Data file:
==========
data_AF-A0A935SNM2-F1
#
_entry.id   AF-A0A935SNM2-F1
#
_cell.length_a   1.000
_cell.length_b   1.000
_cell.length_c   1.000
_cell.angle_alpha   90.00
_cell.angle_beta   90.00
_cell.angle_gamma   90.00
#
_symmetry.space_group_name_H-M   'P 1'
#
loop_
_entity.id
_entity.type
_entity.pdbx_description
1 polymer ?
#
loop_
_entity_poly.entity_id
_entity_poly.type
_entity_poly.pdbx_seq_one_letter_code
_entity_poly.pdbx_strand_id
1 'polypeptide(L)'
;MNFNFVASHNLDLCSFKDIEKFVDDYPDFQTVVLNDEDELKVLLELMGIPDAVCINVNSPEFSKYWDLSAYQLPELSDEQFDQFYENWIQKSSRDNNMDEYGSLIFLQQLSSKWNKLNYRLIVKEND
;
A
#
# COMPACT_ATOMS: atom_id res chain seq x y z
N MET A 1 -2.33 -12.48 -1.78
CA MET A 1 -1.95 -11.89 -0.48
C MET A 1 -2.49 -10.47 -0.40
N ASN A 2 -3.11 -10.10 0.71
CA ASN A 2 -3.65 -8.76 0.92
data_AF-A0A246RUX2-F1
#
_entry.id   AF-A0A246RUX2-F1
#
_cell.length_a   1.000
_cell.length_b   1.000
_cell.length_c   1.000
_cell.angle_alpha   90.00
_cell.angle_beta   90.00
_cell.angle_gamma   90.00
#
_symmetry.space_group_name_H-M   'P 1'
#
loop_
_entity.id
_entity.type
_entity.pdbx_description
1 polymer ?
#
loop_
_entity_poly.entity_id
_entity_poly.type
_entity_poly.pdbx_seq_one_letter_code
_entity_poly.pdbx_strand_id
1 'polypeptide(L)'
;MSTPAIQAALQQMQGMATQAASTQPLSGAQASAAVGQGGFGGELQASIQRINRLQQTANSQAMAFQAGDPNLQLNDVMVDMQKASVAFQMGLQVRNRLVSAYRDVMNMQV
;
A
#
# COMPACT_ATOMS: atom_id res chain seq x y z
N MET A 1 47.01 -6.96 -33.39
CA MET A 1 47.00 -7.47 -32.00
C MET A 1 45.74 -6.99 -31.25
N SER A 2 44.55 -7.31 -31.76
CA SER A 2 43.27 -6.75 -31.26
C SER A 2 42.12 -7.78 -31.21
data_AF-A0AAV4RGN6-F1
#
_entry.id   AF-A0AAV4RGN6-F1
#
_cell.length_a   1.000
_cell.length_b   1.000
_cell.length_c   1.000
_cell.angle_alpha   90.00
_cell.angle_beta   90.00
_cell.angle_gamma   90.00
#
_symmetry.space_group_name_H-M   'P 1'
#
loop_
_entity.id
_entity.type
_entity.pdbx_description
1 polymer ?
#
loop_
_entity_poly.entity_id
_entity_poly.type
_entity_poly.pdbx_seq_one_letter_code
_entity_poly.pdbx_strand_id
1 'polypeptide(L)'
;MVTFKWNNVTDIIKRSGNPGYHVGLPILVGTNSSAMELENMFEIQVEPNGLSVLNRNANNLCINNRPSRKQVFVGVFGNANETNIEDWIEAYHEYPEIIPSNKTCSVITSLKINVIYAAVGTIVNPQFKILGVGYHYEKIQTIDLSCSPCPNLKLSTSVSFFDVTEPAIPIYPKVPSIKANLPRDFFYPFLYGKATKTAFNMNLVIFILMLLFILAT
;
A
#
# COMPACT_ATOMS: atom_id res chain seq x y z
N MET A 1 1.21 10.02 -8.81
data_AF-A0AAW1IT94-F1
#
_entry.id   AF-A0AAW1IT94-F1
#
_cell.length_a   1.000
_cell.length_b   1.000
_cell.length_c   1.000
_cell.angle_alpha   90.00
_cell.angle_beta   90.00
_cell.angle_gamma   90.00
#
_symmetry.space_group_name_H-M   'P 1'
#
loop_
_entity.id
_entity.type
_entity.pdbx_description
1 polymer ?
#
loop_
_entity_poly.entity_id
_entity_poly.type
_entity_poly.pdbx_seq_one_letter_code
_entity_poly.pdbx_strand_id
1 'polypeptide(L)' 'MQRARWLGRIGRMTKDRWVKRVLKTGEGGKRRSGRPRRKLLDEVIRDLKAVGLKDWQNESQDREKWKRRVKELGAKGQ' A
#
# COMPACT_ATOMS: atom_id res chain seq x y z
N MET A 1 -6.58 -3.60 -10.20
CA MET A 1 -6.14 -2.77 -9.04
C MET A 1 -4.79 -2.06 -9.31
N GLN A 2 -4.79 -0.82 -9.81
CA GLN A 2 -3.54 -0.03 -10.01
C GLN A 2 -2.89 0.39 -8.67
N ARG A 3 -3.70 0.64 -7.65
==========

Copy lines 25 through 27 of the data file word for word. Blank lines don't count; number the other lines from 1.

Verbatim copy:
1 'polypeptide(L)'
;MNFNFVASHNLDLCSFKDIEKFVDDYPDFQTVVLNDEDELKVLLELMGIPDAVCINVNSPEFSKYWDLSAYQLPELSDEQFDQFYENWIQKSSRDNNMDEYGSLIFLQQLSSKWNKLNYRLIVKEND
;